A message from Dean Douglas Elmendorf
Dear Faculty, Staff, Students, and Fellows of Harvard Kennedy School,
I am greatly saddened that Claudine Gay’s term as President of Harvard University has ended so soon. In the eight years that I worked with her, I admired Claudine’s strong dedication to rigor and excellence, which she combined with great personal kindness. I learned from her and enjoyed working for her, and I will deeply miss that opportunity in the future.
This is a challenging time, and many of you have told me that you are feeling uncertain. It is especially important now that members of the Harvard community work together to advance the University’s mission and fulfill our deep and abiding commitment to excellence, free expression, and respect and inclusion for all. Alan Garber, the Interim President, has served Harvard as Provost for a dozen years, and I look forward to continuing to work with him.
For the Kennedy School, our part of the University’s mission is to improve public policy and leadership, so people can live in societies that are safer, freer, fairer, and more sustainably prosperous. By serving others in this way, we are making a positive difference in people’s lives—across this country and around the world. Our work has never been more important, and I know we will continue that work to the best of our ability in the days ahead.
A message from interim Harvard President Alan M. Garber
Dear Members of the Harvard Community,
We have been through an extraordinarily painful and disorienting time for Harvard. Since I first arrived here as an undergraduate in 1973, I cannot recall a period of comparable tension on our campus and across our community. That tension has been exacerbated by concerns about how we address and combat antisemitism, Islamophobia, and other forms of bias; safeguard free expression; and foster a climate of mutual understanding. We have been subjected to an unrelenting focus on fault lines that divide us, which has tested the ties that bind us as a community devoted to learning from one another.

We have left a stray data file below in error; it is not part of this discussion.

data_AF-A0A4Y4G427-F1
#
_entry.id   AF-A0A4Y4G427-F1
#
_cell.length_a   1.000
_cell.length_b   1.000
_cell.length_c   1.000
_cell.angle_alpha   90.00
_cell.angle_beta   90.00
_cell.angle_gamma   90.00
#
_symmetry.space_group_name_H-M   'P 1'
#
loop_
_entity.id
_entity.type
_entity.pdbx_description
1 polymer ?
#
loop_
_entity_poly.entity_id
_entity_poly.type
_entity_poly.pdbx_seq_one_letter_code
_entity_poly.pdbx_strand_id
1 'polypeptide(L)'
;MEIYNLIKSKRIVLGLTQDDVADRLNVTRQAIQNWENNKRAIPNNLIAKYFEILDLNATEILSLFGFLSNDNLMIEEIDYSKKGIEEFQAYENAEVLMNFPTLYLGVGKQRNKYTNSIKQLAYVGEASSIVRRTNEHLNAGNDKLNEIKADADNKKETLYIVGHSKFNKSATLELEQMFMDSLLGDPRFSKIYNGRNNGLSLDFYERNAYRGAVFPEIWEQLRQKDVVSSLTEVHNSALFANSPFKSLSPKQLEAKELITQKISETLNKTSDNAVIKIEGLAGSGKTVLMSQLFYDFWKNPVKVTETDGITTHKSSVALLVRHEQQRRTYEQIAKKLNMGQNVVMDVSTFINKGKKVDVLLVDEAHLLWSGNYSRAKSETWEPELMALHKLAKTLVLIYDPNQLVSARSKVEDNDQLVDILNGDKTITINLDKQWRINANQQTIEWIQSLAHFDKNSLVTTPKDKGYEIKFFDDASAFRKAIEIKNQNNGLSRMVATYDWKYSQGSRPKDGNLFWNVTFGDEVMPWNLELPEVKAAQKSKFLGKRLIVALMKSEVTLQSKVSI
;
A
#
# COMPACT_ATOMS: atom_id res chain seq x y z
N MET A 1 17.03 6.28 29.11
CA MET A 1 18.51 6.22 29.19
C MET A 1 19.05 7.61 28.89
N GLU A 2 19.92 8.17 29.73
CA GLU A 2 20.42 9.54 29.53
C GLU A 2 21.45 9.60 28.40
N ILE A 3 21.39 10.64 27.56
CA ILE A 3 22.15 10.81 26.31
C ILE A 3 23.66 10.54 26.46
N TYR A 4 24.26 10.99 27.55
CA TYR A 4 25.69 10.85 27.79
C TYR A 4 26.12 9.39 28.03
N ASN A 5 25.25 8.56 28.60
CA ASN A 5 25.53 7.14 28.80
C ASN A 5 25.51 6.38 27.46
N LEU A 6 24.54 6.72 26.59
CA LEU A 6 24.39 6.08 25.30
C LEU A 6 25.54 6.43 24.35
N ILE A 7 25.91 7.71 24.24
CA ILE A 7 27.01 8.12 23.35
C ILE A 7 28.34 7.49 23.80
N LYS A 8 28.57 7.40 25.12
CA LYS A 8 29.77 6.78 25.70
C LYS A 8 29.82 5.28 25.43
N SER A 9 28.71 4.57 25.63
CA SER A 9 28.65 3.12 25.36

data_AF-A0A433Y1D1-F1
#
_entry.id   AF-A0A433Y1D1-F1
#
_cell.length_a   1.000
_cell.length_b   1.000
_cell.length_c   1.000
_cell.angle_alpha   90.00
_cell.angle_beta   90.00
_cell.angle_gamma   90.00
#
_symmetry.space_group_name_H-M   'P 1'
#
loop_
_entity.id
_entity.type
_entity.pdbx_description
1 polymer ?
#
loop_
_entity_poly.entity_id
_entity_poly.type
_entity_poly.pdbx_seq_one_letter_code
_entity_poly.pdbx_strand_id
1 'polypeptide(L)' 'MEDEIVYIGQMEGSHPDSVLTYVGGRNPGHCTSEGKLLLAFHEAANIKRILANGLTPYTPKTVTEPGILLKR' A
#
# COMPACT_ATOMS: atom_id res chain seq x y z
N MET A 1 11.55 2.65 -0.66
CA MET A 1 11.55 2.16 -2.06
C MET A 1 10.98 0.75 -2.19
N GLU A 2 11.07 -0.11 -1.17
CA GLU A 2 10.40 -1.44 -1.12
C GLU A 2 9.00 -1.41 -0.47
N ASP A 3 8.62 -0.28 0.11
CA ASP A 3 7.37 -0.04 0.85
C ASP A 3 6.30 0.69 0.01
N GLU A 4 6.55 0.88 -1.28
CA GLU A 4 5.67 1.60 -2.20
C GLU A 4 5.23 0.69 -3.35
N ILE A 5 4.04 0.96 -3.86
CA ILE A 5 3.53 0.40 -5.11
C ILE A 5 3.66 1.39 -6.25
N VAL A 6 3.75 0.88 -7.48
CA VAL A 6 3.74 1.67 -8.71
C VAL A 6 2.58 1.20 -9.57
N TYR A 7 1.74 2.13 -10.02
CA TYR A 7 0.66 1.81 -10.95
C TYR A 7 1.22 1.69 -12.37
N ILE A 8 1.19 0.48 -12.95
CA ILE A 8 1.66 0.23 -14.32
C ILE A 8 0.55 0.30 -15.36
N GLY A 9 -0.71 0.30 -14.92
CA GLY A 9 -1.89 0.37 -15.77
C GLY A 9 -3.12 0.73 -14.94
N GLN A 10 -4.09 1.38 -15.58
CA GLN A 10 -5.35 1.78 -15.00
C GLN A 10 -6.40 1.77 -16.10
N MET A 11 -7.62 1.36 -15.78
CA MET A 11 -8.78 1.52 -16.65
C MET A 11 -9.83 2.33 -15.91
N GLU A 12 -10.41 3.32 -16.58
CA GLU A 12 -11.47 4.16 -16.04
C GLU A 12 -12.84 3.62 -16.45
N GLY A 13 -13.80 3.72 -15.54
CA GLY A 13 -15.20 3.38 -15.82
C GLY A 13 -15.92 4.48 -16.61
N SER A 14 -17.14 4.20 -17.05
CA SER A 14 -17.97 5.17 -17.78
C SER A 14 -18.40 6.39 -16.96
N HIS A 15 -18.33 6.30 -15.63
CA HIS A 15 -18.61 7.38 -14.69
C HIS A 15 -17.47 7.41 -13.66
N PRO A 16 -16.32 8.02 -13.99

President Gay’s resignation last week has added a deep sense of loss. Claudine and I have worked together closely these past eight years. I have come to know and admire her leadership through her service as a divisional dean, dean, and president, and, along with countless others, I had great hopes for her presidency. I share her unshakable confidence in our community and in what we can accomplish when we commit ourselves, above all, to pursuing excellence.
As this new year begins, I hope that we will all reflect upon the qualities that make this institution so remarkable: our commitment to attracting and supporting faculty, students, and staff of outstanding talent and promise; our determination to lead in educating students and advancing knowledge across an extraordinary array of scholarly disciplines and professional domains; and our aspirations to generate ideas and innovations that can serve the wider society and change the world for the better. It’s crucial that we bridge the fissures that have weakened our sense of community and, through our words and deeds, affirm the immense worth of what we do here, notwithstanding our shortcomings. Doing so will not be easy, especially in the face of persistent scrutiny, but we must rise to the challenge. It will take a willingness to approach each other in a spirit of goodwill, with an eagerness to listen as well as to speak, and with an appreciation of our common humanity when we encounter passionately held but opposing convictions.
Whatever our individual views on contested issues, whatever our varied experiences and backgrounds, whatever part of Harvard we inhabit, we share an enormous stake in the learning undertaken here, in the ideas nurtured here, and in the discoveries shaped here that improve lives far beyond our campus. Seeking ways to learn from our differences has never mattered more. Rededicating ourselves to free inquiry and expression, in a climate of inclusion and a spirit of mutual respect, has never mattered more. Upholding a paramount commitment to academic excellence has never mattered more. Pursuing the truth has never mattered more.
Our task is difficult yet essential, and we have much work ahead of us. Although I regret the circumstances that have me writing to you as your interim president, please know that I will serve with a dedication to the Harvard I know and cherish: a university with a boundless ambition to advance knowledge and with the humility to learn from its shortcomings as well as its successes. I’m grateful for your help in our efforts and wish all of you the best for the year ahead.
Alan M. Garber